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        • Thanks. I have a technician coming out tomorrow so hopefully I’ll be online this weekend. I’ve been spending a lot of time at the library using their WiFi connection this week!

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  3. I checked back through my reading diary and it seems I read this one back in 2000, shortly after reading Plainsong and The Tie That Binds. I honestly don’t remember a thing about it – even your review is sparking only the vaguest of recollections – but in a way this is a good thing, as it means that at some point I can go back and read it again and have it be as fresh as the first time I read it. I think I must have had a similar reaction to you though, since year 2000 me awarded both Plainsong and The Tie That Binds five stars, whereas Where You Once Belonged merited only four stars (which means it was still very good). And I completely understand putting off reading that one last novel by a favourite author – although he’s stilI very much alive, I keep holding off reading Alex Miller’s ‘The Ancestor Game’ just in case!

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    • Admittedly, it’s not a memorable story, probably because it’s so “thin” — basically it’s just a horrible man doing horrible things who goes on the run then comes back and does something even worse!

      Does that mean you’ve read all the Millers bar one? That’s good going… I do need to get back into his work… hopefully the library here has him in stock.

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  4. Pingback: 20 books of summer — 2019 edition – Reading Matters

  5. His books are indeed lovely; I will have to pick up my Yates’ Revolutionary Road now that you’ve compared the two. Fancy finding a receipt in the back of your copy; surely my Yates is as old as that!

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    • I often kept receipts in the back of books for just this reason…so I can see how long it’s been in my TBR. I’ve not read Revolutionary Road, but if it’s anything like the film it’ll be a sad, depressing read 😢

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    • When I finished the Plainsong trilogy I ordered his two earlier books — this one and his debut — because I knew I just had to read everything by him. I’m not sure this book gets talked about much these days, if at all.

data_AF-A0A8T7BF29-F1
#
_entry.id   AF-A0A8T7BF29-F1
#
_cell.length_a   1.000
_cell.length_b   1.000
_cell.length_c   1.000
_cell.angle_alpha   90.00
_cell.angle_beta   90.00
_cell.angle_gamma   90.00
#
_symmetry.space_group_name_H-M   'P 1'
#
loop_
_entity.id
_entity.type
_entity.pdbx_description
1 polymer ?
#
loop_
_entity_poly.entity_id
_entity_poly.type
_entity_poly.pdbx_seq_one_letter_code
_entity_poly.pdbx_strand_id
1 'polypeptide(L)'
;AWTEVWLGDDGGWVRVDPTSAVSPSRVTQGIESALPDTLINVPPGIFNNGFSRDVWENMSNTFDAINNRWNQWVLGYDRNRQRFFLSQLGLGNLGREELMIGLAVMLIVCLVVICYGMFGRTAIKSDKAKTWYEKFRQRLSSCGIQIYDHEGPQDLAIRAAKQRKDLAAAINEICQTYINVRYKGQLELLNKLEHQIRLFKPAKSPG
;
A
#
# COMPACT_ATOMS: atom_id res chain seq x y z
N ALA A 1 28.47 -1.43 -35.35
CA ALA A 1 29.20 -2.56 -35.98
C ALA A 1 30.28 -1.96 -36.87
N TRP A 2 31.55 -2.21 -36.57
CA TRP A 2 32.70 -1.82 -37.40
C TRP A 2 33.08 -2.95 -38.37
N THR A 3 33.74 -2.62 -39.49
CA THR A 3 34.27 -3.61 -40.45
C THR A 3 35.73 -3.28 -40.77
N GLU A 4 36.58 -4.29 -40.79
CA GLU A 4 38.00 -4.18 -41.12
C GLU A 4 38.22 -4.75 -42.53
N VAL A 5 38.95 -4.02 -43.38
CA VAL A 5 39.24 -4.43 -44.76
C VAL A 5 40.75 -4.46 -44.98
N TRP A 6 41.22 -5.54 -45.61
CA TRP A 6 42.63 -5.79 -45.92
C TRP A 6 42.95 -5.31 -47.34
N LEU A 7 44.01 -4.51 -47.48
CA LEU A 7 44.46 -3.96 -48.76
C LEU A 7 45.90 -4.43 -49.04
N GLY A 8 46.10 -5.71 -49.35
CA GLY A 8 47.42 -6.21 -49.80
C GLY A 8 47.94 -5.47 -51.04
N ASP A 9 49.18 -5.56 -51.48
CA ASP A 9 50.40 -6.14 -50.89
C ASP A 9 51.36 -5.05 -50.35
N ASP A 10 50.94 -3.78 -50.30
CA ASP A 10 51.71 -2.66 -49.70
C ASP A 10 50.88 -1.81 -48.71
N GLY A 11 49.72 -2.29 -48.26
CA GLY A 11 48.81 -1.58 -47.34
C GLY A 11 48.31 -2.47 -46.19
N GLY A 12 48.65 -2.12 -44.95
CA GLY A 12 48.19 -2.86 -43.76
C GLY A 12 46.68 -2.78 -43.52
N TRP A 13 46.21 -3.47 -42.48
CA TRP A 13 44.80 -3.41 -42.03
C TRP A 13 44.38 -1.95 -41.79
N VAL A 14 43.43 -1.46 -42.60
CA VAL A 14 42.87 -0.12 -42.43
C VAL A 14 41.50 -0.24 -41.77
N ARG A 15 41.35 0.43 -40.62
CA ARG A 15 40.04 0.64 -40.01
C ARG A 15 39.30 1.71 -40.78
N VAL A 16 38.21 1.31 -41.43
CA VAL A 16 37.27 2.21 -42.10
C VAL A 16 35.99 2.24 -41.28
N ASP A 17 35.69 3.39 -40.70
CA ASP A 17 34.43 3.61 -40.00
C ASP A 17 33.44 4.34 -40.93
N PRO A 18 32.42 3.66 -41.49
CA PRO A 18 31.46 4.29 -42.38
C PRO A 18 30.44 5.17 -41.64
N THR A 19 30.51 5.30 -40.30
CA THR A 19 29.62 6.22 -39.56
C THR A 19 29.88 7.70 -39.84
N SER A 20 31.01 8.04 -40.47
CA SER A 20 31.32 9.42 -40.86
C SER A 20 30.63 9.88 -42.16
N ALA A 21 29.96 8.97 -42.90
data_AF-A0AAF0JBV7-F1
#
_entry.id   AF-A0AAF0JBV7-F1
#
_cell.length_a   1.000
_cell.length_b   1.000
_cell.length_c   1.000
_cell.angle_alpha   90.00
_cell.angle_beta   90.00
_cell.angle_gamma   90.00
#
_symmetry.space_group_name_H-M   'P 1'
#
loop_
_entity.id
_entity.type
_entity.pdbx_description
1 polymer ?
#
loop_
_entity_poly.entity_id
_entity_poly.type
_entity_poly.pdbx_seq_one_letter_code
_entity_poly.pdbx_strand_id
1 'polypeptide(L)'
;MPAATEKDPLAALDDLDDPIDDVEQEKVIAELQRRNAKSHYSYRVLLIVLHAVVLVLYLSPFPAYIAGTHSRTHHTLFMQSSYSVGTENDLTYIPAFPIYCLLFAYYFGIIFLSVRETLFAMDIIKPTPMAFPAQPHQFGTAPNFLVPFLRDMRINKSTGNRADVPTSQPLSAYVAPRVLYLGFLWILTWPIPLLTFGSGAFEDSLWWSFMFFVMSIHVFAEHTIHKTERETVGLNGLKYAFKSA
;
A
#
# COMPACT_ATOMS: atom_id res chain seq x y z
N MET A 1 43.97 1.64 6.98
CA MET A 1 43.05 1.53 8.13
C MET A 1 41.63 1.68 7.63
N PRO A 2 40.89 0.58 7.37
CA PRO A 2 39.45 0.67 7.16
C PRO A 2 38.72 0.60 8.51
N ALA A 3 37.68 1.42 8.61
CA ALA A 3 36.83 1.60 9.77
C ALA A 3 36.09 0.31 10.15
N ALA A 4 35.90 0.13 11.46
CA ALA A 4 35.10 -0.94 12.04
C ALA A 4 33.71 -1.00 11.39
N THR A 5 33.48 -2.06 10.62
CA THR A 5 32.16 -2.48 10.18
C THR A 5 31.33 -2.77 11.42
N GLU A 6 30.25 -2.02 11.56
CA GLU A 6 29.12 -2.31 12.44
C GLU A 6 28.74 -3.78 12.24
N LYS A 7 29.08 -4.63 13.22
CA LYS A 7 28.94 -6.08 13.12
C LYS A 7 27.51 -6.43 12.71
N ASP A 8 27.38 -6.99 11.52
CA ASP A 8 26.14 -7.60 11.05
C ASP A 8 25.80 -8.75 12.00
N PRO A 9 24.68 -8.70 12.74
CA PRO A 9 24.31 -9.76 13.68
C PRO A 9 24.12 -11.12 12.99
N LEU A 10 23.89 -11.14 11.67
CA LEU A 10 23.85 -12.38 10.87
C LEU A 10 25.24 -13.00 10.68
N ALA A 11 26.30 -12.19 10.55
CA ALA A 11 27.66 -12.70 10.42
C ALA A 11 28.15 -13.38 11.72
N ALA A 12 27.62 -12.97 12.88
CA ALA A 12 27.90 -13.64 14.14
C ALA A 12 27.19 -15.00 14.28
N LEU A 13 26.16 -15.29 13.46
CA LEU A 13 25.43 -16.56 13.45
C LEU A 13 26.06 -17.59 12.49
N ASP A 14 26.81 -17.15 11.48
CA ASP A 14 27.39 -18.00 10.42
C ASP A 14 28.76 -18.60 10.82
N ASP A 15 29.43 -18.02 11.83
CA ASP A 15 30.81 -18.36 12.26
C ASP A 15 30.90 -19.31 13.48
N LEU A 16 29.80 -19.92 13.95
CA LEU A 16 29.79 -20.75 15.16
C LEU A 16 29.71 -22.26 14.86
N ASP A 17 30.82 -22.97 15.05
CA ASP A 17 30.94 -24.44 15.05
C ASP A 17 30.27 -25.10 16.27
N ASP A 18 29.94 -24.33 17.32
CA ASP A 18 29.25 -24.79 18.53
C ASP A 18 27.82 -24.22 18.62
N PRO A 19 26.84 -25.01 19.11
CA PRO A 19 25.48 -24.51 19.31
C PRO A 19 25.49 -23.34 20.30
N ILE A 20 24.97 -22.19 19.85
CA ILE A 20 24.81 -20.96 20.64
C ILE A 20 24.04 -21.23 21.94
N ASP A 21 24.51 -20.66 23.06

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          • I watched that film (it’s OUR Souls At Night) last year. Very enjoyable, though they changed the ending slightly from the book I think. Though I made the mistake of telling my Mum I’d watched it – bear in mind that with my Northern accent I say ‘our’ more like ‘are’…. the look of shock on her face….

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          • Our Souls at Night. Maybe it’s a part of the trilogy, but there is one about a woman and someone dying. I thought it wasn’t part of the trilogy.

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          • His books are as follows:
            The Tie That Binds (1984)
            Where You Once Belonged (1990)
            Plainsong (1999) (trilogy)
            Eventide (2004) (trilogy)
            Benediction (2013) (trilogy)
            Our Souls at Night (2015)

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  6. I like the idea of “fans & completists”. I’m a fan of Miagret and Georgette Heyer say, so am pleased to find one of either that I haven’t read (am often pleased to find one I have read). With Miles Franklin I might be a completist. I suspect it won’t be a pleasure to read the one she wrote in 1914 as by Mr & Mrs Oginblat, but I’ll do my duty anyway, one day – if the Mitchell has a copy.

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    • I like to think I’m a completist but looking at my favourite authors page I can see that I haven’t done a very good job of reading backlists in their entirety, with the exception of Haruf and Magnus Mills.

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  7. Pingback: 20 books of summer 2019 recap – Reading Matters